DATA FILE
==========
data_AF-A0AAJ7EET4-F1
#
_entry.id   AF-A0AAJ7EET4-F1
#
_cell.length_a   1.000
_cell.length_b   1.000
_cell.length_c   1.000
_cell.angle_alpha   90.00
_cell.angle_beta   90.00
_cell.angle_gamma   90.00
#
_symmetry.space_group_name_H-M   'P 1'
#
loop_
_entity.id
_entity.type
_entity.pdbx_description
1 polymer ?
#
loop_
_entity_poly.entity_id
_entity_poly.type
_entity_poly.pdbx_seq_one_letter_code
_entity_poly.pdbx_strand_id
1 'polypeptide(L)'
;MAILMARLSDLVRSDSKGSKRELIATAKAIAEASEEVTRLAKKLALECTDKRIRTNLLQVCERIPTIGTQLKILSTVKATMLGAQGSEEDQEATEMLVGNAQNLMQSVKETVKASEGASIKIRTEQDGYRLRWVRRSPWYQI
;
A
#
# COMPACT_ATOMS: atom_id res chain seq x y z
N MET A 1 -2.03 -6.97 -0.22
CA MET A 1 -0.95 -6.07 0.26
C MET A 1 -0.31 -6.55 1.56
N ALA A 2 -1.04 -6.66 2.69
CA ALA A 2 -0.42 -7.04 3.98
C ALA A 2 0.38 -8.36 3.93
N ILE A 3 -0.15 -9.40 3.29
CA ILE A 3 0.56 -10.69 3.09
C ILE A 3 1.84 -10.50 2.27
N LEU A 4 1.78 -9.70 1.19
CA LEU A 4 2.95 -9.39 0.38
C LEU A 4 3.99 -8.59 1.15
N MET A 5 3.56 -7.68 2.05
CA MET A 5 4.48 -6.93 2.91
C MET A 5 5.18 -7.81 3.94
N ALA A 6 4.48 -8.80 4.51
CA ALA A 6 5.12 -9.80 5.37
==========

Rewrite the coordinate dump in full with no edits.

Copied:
data_AF-A0AAJ7EET4-F1
#
_entry.id   AF-A0AAJ7EET4-F1
#
_cell.length_a   1.000
_cell.length_b   1.000
_cell.length_c   1.000
_cell.angle_alpha   90.00
_cell.angle_beta   90.00
_cell.angle_gamma   90.00
#
_symmetry.space_group_name_H-M   'P 1'
#
loop_
_entity.id
_entity.type
_entity.pdbx_description
1 polymer ?
#
loop_
_entity_poly.entity_id
_entity_poly.type
_entity_poly.pdbx_seq_one_letter_code
_entity_poly.pdbx_strand_id
1 'polypeptide(L)'
;MAILMARLSDLVRSDSKGSKRELIATAKAIAEASEEVTRLAKKLALECTDKRIRTNLLQVCERIPTIGTQLKILSTVKATMLGAQGSEEDQEATEMLVGNAQNLMQSVKETVKASEGASIKIRTEQDGYRLRWVRRSPWYQI
;
A
#
# COMPACT_ATOMS: atom_id res chain seq x y z
N MET A 1 -2.03 -6.97 -0.22
CA MET A 1 -0.95 -6.07 0.26
C MET A 1 -0.31 -6.55 1.56
N ALA A 2 -1.04 -6.66 2.69
CA ALA A 2 -0.42 -7.04 3.98
C ALA A 2 0.38 -8.36 3.93
N ILE A 3 -0.15 -9.40 3.29
CA ILE A 3 0.56 -10.69 3.09
C ILE A 3 1.84 -10.50 2.27
N LEU A 4 1.78 -9.70 1.19
CA LEU A 4 2.95 -9.39 0.38
C LEU A 4 3.99 -8.59 1.15
N MET A 5 3.56 -7.68 2.05
CA MET A 5 4.48 -6.93 2.91
C MET A 5 5.18 -7.81 3.94
N ALA A 6 4.48 -8.80 4.51
CA ALA A 6 5.12 -9.80 5.37